If the Y is going to be built, why not build it in a purely commercial zone — say near the more centrally located bowling alley on Route 25 in Riverhead? This would be two commercial and recreational buildings next to each other. Sounds like a win-win kinda thing.

As “boxes” go, has anybody asked how many small businesses will be destroyed? This would partially include pre-K, child care and possibly fitness centers. Has anybody visited the partially, densely wooded 8.9 acres in this picturesque, rural corridor? A big difference from Route 58, isn’t it? Yes, I know there is a big business right across the street. One is in. Let’s keep it like that. If one wants to keep and preserve open space you cannot pick and choose which ones. They are all important.

Some may look at this as NIMBY-ism. When you really look at it, it looks like environmentalism. Open space-ism. Saving-our-wooded-area-ism. Besides, there already is a white elephant — or to use local lingo, a “white sea robin” — in Mattituck; Capital One is vacating soon. The asphalt is already down. The building is already up. Why not put the Y there? There are plenty of different alternatives. Oh, and one more thing: Let’s save what’s left.

Dean Sambach


We mean business

How can we get rid of that pesky Greenport Farmers’ Market, with all its annoying broccoli and stuff?

We already stuck them in that crummy parking lot instead of Mitchell Park. We’re actually charging them for the privilege, if you can believe that, but they just don’t seem to get the idea. We can’t cut their hours anymore since they hardly have any.
I know, let’s give them a rent hike of 250 percent, that’ll let them know we mean business.

Congratulations to deputy mayor George Hubbard (did anyone know that we have a deputy mayor?) for this brilliant suggestion. Here’s my brilliant suggestion:

Let’s give deputy mayor George Hubbard a 250 percent salary cut and use the money to improve the Greenport Farmers’ Market. Let’s have a place for artisanal, local, fresh, organic, healthy food.

Let’s give our local farmers a break.

Paul Pomerantz


A continuing exodus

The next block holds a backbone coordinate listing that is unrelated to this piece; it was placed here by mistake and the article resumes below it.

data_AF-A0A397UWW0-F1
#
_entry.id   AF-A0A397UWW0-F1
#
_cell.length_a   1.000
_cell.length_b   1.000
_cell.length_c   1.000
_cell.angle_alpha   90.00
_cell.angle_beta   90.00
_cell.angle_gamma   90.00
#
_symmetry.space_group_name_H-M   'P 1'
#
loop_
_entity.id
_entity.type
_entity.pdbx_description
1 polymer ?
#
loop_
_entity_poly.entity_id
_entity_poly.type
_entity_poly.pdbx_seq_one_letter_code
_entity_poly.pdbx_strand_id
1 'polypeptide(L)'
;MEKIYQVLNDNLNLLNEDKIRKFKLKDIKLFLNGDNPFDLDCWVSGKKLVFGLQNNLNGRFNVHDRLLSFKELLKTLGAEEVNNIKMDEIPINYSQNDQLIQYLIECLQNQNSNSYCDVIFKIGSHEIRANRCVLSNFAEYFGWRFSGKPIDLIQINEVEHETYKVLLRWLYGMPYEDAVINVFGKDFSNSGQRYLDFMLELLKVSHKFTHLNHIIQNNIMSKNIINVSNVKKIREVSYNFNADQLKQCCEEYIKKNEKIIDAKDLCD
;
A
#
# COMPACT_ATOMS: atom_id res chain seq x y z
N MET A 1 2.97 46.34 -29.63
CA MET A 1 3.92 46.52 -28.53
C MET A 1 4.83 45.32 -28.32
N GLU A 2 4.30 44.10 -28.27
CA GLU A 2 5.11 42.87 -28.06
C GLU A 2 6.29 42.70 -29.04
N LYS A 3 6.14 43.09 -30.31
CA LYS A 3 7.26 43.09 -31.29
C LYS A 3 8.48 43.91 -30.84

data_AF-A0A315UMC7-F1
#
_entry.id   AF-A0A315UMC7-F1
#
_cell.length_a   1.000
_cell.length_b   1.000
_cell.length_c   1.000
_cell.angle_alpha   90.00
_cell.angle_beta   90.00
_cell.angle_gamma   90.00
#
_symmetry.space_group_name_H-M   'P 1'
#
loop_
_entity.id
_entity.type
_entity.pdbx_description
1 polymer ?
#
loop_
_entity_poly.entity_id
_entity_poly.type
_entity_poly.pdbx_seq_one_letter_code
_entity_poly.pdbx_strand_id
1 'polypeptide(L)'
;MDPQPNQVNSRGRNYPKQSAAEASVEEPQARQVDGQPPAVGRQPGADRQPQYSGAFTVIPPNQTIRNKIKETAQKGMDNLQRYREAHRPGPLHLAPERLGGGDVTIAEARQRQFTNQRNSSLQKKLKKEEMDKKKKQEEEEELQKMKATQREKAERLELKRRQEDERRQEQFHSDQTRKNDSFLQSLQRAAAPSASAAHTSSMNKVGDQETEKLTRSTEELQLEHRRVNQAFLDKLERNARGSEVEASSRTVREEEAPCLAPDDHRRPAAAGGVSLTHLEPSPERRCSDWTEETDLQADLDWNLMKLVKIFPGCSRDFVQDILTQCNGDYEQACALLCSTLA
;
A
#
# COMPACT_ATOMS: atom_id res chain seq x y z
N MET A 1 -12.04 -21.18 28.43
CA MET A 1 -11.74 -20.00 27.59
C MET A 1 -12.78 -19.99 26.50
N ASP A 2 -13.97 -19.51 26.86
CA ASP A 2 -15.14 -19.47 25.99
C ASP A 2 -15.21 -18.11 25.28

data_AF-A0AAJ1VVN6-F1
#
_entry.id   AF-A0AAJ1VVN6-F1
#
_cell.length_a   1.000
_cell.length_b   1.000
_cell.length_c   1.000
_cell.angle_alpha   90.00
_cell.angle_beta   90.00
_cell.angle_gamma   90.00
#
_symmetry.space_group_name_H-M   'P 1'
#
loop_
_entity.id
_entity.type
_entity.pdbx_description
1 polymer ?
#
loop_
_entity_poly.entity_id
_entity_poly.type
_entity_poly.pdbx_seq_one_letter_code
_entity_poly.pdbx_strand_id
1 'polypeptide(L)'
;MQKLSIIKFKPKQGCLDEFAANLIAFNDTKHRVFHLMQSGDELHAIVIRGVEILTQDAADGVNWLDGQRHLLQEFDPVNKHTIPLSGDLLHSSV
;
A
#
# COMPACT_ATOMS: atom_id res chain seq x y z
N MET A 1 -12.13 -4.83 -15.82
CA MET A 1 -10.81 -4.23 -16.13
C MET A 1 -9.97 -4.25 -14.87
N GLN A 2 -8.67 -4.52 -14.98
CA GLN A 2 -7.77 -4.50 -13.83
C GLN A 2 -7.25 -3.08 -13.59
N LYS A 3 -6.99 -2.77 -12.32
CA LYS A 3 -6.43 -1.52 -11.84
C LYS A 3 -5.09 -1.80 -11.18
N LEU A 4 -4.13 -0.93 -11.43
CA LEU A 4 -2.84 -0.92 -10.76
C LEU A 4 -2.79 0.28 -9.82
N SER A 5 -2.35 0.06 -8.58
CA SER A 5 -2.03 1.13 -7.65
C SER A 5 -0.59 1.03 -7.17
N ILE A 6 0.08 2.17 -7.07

As regards the Suffolk Times editorial of Feb. 9 (Unintended consequences) regarding the 2 percent tax cap, I offer the following:

First, the necessary reduction in teaching staff will only result in the falling back to the more normal teacher-student ratios of prior years. It is also appropriate since student population is declining.

Second, I thought the Legislature’s intent was to impose a 2 percent cap on each taxpayer’s property tax bill. This of course would require the Town Board to impose this cap on the schools, including each of the various taxing entities, much as California has done.

If this is not the final result, the exodus of young people from the North Fork to Maryland and other southern states will only continue to accelerate.

Third, I welcome The Suffolk Times’ emphasis that teachers’ salaries, including steps and benefits, approximate 6 percent a year. Over a period of 20 years, such increases amount to a tripling of salaries.

Walter Strohmeyer

former president, Oysterponds school board


Other factors, too

A portion of the Feb. 23 editorial (Hope springs eternal) presented what I believe is an incomplete explanation for our unusual weather.

While all scientists probably agree that an “arctic oscillation” (AO) has long been a primary factor influencing much of our climate and weather, many believe something quite significant has begun to change how that complex cycle works.

The AO system is powered by the energy from the sun, which is trapped by certain greenhouse gasses of our atmosphere.

That’s their normal function, which makes life on earth possible. However, due to man’s activities, particularly since the Industrial Revolution, the amount of those gasses, including carbon dioxide and methane, has increased significantly.

Consequently, more sun energy is being retained close to the earth.

Some of that additional trapped energy is also being incorporated into the AO system, resulting in it becoming, in effect, more energized and consequently disrupted.

Formerly mild, predictable weather patterns are becoming increasingly erratic and more intense.